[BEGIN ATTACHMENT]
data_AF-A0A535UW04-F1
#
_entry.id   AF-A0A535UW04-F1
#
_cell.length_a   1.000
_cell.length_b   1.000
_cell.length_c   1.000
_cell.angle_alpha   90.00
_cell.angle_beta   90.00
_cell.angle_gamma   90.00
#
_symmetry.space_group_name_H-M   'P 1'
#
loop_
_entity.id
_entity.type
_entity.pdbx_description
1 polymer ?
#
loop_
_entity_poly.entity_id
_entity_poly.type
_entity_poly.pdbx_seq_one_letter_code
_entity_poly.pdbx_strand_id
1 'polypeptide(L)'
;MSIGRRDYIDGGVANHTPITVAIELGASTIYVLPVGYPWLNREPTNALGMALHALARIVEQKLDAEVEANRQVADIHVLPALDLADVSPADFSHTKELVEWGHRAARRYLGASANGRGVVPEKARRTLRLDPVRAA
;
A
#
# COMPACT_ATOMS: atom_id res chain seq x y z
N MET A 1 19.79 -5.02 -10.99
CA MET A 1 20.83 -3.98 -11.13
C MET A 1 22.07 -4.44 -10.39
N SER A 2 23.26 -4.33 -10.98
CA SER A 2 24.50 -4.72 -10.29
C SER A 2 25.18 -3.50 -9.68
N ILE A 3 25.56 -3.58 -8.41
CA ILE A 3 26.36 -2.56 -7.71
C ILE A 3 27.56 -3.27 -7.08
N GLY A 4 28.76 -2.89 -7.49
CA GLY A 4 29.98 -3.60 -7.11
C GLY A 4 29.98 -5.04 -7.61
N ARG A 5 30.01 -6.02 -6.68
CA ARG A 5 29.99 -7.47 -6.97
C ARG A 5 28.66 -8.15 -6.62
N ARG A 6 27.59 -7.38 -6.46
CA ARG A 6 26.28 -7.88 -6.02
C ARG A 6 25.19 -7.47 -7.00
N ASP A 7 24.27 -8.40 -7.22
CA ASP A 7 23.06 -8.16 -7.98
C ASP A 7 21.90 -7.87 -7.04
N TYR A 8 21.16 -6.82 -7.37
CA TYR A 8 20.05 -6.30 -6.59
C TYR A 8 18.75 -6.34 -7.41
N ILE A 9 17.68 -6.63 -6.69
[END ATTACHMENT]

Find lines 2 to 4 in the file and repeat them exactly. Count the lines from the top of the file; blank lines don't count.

#
_entry.id   AF-A0A535UW04-F1
#